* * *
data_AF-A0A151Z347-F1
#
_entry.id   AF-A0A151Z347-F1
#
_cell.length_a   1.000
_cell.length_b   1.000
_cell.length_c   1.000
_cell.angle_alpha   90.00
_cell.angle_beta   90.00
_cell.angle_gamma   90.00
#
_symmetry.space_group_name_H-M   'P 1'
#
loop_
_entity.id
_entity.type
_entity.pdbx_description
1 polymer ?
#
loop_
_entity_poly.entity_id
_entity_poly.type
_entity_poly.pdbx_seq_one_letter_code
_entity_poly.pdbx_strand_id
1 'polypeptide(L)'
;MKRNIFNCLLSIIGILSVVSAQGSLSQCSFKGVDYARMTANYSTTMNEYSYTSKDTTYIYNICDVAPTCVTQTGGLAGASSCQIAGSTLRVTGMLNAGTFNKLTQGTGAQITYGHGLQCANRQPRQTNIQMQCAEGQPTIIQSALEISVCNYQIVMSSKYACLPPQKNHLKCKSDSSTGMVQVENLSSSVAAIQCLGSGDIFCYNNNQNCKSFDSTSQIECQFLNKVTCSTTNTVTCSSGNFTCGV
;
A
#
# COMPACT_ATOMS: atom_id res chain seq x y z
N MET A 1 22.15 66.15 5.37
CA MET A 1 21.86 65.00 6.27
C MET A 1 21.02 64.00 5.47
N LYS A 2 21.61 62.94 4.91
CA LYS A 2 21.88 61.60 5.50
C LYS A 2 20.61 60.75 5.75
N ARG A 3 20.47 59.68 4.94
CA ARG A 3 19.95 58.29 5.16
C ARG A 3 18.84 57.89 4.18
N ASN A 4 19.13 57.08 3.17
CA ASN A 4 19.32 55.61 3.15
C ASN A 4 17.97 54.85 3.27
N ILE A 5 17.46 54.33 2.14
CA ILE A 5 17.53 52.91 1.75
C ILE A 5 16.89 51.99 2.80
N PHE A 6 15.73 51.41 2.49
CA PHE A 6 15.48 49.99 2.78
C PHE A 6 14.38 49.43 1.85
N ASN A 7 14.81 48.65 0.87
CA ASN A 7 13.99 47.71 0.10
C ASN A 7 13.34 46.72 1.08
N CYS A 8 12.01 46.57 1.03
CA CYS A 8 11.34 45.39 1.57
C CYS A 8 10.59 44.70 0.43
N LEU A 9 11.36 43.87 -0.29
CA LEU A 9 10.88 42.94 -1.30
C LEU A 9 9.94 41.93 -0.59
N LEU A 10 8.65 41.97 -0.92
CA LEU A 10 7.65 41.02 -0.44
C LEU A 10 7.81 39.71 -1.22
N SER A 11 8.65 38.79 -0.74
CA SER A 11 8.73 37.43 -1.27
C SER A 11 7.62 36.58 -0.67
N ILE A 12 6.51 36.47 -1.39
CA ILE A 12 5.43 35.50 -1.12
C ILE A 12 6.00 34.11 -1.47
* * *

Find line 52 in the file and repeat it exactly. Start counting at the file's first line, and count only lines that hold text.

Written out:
N CYS A 8 12.01 46.57 1.03